Why was I so ashamed?  Why did I avoid someone I loved so dearly?  Our stupid disagreement about a costume was inane.  We had resolved it anyway.  Now she was gone.  To this day I still have deep regret about not re-connecting with her before she died.

I’m currently as old as Laura ever lived.  Along with Laura I’ve lost so many others.  I would list them all but it would rip my heart out.  All of them were beautiful people with so much life ahead of them.

When I look in the mirror I can see my  jowls on the bottom of my jaw line.  As I lose collagen in my face pockets form around my eye sockets.  I check for gray hairs constantly and to see if there are any growing out of my chin.  My eyebrows grow fainter and fainter with each year and my lashes aren’t as full anymore.  My teeth get slightly chipped and more yellow.  I notice how I’m slowly becoming invisible as younger women will always get more attention.  That part doesn’t really bother me so much though as that kind of attention was so often unwanted.   I can’t lose weight as easily as I used to and notice weight gain in places that I’ve never had before. For some bizarre reason I’ve gained weight in my rib cage even though I can clearly see my ribs through my skin.  Dresses that have fit me for years must be donated to charity or given away to a younger friend.   My cycle has gotten completely batshit crazy.  I will spare you from the many dramatic details but most women in their mid-40s know exactly what I’m talking about.  I’ve added farsightedness to my severe nearsightedness.  My contact lenses are mostly useless.  I can see just fine until I have to read anything and then I absolutely must use reading glasses.  If I’ve forgotten them that day than I simply can’t read fine print.  I have to hand whatever I’m trying to decipher to a younger person or try to fake my way through the situation.  Dim light in restaurants only makes it that much harder.  My body aches and hurts for no reason.  I sometimes wake up with stiff legs and shoulders.  I’ve just learned to live with heel pain and the random knee stiffness.

In addition to my body falling apart I’ve had dreams and aspirations disintegrate or implode.  I’ve performed Off Broadway and was in a show that was nominated for a Drama Desk Award.  I produced a few of my scripts.  I’ve been on sets  with Spielberg and Scorsese.  That sounds exciting but I was just an extra in their movies.  A human prop who in one case was scolded for being “too big” to fit costumes the wardrobe department never bothered to pre-fit me for.  It hasn’t all been a disappointment.  I did what I set out to do.   I became a theater actress and performed for nearly two decades.  I just reached a point when it wasn’t fun for me anymore.  I lost the love for an art form that I was once singularly obsessed.  I no longer want to miss out on a job because my hips are one inch too wide or a Casting Director doesn’t like the sound of my voice.  I have grown to loathe the lifestyle of never-knowing when my next job is starting and constantly bonding with other artists only to have a show close and then never see them again.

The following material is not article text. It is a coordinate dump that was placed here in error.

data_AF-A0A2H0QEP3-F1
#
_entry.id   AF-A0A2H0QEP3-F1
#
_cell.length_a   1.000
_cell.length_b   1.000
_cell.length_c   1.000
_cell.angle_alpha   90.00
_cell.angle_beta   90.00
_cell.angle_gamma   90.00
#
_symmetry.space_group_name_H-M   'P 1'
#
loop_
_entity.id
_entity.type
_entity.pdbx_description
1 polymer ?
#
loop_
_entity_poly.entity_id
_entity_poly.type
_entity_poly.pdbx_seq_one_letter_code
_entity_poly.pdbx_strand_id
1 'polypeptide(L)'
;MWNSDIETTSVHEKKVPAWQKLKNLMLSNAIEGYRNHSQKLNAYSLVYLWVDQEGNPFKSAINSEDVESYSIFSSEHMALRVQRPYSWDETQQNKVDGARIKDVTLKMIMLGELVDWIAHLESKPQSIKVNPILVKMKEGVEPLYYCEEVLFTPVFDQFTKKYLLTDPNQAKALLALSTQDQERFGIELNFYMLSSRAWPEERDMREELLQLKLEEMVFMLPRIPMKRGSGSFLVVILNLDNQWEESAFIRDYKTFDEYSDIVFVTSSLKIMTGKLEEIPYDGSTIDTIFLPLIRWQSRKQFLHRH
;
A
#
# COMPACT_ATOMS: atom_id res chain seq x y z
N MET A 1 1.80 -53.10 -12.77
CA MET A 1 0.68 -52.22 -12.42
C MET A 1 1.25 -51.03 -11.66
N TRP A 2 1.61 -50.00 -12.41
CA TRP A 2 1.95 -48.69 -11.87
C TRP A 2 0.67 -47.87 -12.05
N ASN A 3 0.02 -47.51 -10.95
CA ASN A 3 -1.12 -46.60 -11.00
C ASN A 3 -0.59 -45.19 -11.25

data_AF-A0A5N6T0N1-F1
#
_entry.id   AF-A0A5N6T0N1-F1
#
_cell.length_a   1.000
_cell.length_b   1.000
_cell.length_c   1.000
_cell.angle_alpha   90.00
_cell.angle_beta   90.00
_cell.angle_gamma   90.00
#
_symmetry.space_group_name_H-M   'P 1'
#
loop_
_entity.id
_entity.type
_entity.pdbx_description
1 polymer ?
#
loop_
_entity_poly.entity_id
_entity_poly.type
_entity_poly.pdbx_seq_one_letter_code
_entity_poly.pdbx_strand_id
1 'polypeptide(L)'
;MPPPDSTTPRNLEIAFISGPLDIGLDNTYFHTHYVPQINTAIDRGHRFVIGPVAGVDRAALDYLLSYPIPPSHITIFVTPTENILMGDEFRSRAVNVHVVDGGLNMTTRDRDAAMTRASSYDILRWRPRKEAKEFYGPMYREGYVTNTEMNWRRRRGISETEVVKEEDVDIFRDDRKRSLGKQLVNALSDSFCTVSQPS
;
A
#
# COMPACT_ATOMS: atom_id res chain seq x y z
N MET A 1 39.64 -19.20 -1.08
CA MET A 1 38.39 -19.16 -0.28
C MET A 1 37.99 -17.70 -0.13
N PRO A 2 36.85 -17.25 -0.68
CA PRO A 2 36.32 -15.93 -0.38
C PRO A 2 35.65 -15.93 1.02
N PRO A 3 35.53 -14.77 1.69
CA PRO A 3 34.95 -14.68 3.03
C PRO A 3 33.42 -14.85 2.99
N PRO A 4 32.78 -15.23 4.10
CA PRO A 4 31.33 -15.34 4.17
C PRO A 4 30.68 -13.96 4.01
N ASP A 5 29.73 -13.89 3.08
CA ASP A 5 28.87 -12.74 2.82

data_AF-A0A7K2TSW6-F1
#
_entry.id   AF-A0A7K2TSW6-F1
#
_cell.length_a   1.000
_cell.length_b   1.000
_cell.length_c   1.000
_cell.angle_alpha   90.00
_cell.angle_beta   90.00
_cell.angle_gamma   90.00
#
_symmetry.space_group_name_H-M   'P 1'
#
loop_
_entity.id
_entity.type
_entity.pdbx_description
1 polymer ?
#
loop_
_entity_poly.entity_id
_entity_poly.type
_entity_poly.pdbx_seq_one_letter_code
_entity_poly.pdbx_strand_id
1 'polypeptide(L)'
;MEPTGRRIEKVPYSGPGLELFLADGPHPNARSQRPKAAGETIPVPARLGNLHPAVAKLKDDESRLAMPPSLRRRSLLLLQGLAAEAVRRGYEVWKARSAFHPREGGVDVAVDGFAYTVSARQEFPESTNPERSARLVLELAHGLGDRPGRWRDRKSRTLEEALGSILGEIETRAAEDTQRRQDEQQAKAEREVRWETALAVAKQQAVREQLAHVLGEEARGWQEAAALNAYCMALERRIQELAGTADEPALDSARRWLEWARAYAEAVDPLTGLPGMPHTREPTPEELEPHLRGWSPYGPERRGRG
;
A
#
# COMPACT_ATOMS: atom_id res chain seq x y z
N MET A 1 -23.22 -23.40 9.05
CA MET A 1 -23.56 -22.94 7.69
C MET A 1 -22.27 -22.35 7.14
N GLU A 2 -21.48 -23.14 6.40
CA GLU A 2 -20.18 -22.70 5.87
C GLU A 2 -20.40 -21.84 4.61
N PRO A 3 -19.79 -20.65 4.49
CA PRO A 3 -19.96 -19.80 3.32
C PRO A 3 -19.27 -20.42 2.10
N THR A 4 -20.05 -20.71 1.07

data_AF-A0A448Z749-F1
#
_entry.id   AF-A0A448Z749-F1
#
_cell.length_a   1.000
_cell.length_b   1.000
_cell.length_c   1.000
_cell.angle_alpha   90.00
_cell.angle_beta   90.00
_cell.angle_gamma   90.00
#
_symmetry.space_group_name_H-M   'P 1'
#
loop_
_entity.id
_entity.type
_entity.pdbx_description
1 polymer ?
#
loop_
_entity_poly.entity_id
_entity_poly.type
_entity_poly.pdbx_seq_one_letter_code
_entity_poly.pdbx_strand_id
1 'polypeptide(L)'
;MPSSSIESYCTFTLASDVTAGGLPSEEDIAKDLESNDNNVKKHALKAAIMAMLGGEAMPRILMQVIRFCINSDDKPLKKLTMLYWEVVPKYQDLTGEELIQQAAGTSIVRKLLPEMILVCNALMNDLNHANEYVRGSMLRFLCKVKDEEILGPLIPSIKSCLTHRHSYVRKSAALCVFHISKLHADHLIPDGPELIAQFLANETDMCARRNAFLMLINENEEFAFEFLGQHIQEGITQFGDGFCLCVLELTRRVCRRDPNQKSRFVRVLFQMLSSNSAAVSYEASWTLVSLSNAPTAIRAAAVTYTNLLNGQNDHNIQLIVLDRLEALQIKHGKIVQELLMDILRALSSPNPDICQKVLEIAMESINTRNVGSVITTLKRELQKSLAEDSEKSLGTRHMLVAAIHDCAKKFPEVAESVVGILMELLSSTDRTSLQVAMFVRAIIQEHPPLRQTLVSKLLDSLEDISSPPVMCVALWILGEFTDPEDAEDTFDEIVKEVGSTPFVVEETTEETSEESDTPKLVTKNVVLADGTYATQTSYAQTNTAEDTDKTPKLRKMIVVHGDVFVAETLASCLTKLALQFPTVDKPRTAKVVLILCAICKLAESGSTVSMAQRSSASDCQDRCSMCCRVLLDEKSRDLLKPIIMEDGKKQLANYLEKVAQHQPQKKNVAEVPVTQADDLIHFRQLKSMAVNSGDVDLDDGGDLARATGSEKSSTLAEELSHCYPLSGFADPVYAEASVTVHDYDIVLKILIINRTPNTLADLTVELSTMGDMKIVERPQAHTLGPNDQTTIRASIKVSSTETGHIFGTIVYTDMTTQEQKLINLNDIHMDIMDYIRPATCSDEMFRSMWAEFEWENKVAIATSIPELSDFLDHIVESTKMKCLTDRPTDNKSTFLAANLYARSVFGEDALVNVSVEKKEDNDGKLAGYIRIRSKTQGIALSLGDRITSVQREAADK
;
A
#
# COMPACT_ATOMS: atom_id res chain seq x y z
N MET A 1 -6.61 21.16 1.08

Most of my friends my age are in places they never dreamed they would be when they set out on their journeys 20 years ago.  Nearly all of them have left the business or transitioned to a different aspect of entertainment or media.  I don’t view any of this as failures.  We just realized the reality of the life of an actor was not what we actually wanted.  Even my friends who picked far more traditional paths have changed direction numerous times.  They might start out wanting to be an accountant or teacher and then find themselves running a small business instead or staying home to raise children.  It’s all one big crap shoot.